Supreme Court of the United States
Out of concern for the health and safety of the public and Supreme Court employees, the Supreme Court Building will be closed to the public until further notice. The Building will remain open for official business. Please see all COVID-19 announcements here.

Today at the Court - Thursday, Nov 26, 2020


Building closed to the public

  • Out of concern for the health and safety of the public and Supreme Court employees, the Supreme Court Building will be closed to the public until further notice. The Building will remain open for official business. Please see all COVID-19 announcements here.
  • All public lectures and visitor programs are temporarily suspended.
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Recent Decisions


November 25, 2020
       
Roman Catholic Diocese of Brooklyn v. Cuomo (20A87)
Respondent is enjoined from enforcing Executive Order 202.68’s 10- and 25-person occupancy limits on Applicant pending disposition of the appeal in the United States Court of Appeals for the Second Circuit and disposition of the petition for a writ of certiorari, if such writ is timely sought.



November 02, 2020
       
Taylor v. Riojas (19-1261) (Per Curiam)
Because any reasonable correctional officer should have realized that inmate Taylor’s conditions of confinement offended the Eighth Amendment, the Fifth Circuit erred in granting the officers qualified immunity.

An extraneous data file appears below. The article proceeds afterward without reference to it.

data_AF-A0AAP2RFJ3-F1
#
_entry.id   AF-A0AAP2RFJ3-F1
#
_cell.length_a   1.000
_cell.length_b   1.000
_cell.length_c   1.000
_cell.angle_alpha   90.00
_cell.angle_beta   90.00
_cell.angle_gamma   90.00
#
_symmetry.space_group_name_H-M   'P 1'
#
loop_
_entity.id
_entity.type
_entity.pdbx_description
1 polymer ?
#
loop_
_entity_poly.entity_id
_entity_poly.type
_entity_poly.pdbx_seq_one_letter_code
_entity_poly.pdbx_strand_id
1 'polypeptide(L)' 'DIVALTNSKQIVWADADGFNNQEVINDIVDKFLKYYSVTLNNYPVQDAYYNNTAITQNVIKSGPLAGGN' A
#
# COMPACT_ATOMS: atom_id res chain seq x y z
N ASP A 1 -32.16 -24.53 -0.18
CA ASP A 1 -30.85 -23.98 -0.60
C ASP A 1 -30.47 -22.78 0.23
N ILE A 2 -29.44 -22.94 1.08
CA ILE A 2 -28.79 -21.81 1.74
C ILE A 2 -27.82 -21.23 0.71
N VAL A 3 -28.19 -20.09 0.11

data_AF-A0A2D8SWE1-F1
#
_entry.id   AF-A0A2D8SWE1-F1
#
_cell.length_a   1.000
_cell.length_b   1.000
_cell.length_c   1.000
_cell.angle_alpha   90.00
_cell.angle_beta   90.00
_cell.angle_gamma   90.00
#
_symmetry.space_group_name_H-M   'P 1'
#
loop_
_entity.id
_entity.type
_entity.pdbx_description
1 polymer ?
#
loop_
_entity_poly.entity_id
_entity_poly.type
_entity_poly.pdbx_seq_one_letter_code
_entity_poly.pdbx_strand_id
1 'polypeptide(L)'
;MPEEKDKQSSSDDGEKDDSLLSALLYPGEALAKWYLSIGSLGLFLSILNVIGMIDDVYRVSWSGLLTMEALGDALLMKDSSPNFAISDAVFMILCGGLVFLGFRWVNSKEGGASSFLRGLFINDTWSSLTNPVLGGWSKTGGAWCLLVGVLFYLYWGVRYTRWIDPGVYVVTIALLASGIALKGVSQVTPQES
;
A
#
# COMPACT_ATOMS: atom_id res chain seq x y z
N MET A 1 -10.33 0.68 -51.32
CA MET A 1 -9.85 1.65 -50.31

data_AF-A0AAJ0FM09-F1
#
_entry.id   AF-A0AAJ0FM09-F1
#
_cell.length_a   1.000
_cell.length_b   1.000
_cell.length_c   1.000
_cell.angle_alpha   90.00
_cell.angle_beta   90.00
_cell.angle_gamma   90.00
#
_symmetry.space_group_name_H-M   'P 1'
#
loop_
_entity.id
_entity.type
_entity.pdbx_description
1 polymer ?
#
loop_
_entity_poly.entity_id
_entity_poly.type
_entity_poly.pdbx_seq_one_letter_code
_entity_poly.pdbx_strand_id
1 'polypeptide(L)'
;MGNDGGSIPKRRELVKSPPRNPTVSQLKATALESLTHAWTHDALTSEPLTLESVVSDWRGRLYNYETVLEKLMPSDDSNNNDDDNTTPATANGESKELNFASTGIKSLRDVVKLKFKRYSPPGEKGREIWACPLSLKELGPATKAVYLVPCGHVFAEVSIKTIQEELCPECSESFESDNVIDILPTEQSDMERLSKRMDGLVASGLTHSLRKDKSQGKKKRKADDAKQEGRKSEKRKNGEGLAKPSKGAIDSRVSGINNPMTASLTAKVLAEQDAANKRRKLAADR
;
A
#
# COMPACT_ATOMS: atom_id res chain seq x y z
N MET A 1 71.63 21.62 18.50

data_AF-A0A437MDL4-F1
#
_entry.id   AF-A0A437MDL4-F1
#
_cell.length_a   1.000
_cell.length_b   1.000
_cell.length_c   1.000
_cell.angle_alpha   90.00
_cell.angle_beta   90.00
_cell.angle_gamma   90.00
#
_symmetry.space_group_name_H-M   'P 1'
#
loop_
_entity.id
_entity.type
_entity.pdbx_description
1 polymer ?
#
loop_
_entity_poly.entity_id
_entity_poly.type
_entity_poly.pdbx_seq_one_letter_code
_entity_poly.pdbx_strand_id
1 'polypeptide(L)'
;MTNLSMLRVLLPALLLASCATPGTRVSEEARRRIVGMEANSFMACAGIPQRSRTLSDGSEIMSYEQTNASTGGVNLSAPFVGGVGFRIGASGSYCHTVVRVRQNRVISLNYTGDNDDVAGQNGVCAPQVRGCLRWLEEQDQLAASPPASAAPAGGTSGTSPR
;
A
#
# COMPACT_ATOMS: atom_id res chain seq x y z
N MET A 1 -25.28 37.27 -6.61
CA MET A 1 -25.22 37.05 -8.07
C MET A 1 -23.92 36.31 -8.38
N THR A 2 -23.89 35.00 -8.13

Mckesson v. Doe (19-1108) (Per Curiam)
Under the unusual circumstances of this case, the Fifth Circuit should not have ventured into such an uncertain area of state tort law without first using state certification procedures to seek guidance from the Louisiana Supreme Court.



More Opinions...

Did You Know...

A Barrel of Whiskey for Thanksgiving


Prior to serving as Chief Justice of the United States, Charles Evans Hughes was an Associate Justice from 1910-1916 and Secretary of State from 1921-1925. A week before Thanksgiving in 1922, the Secretary of State received an unusual request from Ralph V. Wechsler, an attorney in New York City. Mr. Wechsler disclosed that he owned 30 barrels of whiskey, purchased prior to the onset of Prohibition in 1920 when the production, importation, transportation, and sale of all alcohol had been banned. Explaining that his whiskey was stored at a warehouse in Baltimore, he asked Hughes, “Would you be so kind to procure for me permission to withdraw a barrel for the use of myself and personal guests?” Hughes’ secretary briskly replied to Mr. Wechsler that his request did not fall within the province of the State Department.

 

Letter from Ralph V. Wechsler to Secretary of State Charles Evans Hughes, 1922.
Letter from Ralph V. Wechsler to Secretary of State Charles Evans Hughes, 1922.
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